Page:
CIT Group’s $3.4 billion acquisition of OneWest – a bank arisen from the ashes of failed subprime mortgage lender IndyMac – was the subject of a rare public meeting on Thursday in Los Angeles.

CIT announced the deal in July, but due to immense pressure to force the combined company to improve OneWest’s low-income lending and foreclosure practices, the Federal Reserve and the Office of Comptroller of the Currency held a hearing in Los Angeles during which they heard from more than 100 people. The speakers included homeowners, members of the clergy, small-business owners, and advocates for the poor, as well as the banks’ chief executives, according to The New York Times.

Some of the speakers were particularly frustrated at OneWest’s reported practices because the company – along with CIT – received federal assistance after the financial crisis.

“OneWest and CIT were saved by U.S. taxpayer subsidies and they have failed to return the investment to the communities they are required to serve,” Isela Gracian, a vice president at East LA Community Corporation, a neighborhood development group, reportedly said.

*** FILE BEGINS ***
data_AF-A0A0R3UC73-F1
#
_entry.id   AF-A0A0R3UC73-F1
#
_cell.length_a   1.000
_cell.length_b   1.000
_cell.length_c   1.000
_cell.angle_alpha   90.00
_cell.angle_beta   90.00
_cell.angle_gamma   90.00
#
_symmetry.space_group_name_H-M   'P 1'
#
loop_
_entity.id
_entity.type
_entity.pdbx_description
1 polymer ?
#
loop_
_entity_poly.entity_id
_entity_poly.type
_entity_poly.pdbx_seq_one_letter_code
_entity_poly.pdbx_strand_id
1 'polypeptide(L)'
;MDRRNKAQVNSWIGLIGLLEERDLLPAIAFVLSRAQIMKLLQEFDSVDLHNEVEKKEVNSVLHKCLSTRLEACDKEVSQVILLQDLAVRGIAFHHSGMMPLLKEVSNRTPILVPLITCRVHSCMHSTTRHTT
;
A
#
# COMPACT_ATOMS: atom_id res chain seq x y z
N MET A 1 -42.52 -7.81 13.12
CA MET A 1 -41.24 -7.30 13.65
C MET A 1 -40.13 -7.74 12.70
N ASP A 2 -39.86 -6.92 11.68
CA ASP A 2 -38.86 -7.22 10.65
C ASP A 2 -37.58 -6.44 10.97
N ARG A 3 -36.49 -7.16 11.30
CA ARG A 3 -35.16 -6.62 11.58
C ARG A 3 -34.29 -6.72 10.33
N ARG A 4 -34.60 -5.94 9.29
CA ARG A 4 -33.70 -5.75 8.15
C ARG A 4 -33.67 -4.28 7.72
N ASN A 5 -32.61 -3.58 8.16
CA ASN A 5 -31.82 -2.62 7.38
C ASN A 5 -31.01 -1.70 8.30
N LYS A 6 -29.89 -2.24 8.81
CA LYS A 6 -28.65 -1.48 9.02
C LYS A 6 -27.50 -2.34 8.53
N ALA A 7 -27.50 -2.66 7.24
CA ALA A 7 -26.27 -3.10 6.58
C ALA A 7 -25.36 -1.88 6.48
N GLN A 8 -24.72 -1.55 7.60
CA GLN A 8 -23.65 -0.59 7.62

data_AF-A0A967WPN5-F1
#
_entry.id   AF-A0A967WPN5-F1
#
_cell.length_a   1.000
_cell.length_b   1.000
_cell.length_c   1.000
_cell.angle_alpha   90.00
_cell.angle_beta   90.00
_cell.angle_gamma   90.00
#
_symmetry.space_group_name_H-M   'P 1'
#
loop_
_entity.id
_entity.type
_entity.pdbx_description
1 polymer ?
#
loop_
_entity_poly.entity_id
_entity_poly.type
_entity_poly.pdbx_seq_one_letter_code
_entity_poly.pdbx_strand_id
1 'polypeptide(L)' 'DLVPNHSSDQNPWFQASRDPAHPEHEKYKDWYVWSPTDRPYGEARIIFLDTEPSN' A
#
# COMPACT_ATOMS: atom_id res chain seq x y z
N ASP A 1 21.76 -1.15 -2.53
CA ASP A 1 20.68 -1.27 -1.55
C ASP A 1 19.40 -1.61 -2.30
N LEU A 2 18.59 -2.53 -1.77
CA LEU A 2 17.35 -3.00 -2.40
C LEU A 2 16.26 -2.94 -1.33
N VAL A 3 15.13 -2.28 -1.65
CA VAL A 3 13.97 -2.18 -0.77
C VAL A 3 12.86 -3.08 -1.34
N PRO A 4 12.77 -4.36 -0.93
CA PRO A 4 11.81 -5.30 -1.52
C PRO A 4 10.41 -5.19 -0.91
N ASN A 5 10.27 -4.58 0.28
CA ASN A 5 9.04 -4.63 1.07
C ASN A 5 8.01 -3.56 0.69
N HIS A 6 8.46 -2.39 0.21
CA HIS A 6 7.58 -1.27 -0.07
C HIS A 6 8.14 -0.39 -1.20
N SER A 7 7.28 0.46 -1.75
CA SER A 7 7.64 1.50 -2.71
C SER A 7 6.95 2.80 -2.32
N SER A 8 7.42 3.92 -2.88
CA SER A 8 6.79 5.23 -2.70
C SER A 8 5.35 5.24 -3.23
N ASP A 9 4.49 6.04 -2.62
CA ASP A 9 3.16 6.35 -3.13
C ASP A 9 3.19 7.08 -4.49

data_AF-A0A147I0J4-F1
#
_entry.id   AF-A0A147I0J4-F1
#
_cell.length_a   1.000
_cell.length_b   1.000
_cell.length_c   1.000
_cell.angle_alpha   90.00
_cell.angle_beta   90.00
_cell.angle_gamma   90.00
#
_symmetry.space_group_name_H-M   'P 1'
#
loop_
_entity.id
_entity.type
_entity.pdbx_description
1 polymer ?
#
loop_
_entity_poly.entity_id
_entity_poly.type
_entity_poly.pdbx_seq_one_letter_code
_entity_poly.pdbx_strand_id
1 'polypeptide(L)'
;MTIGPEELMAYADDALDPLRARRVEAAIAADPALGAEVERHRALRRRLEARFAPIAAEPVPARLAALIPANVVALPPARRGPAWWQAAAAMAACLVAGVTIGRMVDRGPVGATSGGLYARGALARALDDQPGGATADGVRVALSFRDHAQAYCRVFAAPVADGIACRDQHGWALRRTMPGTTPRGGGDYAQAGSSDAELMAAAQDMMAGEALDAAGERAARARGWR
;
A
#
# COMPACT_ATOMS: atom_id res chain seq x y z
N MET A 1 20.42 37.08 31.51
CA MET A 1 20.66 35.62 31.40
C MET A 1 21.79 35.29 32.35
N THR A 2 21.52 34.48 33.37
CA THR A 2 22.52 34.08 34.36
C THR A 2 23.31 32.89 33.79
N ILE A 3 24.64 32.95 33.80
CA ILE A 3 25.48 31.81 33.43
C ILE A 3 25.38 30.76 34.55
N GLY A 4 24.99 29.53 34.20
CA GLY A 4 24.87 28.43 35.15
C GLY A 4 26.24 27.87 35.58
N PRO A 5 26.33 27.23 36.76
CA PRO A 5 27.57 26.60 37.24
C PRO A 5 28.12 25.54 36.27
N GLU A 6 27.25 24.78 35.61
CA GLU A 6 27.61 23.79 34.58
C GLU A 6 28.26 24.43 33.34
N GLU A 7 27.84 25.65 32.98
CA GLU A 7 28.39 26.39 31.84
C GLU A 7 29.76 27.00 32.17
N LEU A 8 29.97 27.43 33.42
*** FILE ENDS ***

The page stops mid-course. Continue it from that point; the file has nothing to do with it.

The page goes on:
But OneWest’s chief executive Joseph M. Otting told the regulators that the bank had taken steps to improve its “low satisfactory” Community Reinvestment Act rating that it had received after its most recent bank examination, according to the Times.

Bank analysts said that regulators are intensely scrutinizing a number of acquisitions and mergers. They are still examining, for example, M&T Bank’s proposed acquisition of Hudson City Bancorp, more than two years after the deal was announced in August 2012.

At the same time, the financial industry is “ripe for consolidation” due to tepid loan demand, moderate economic growth, and costly regulations, the newspaper wrote.

“There are too many banks competing for too little business,” Keefe Bruyette & Woods analyst Christopher McGratty told the Times. “We feel pretty confident that more consolidation is going to happen.”

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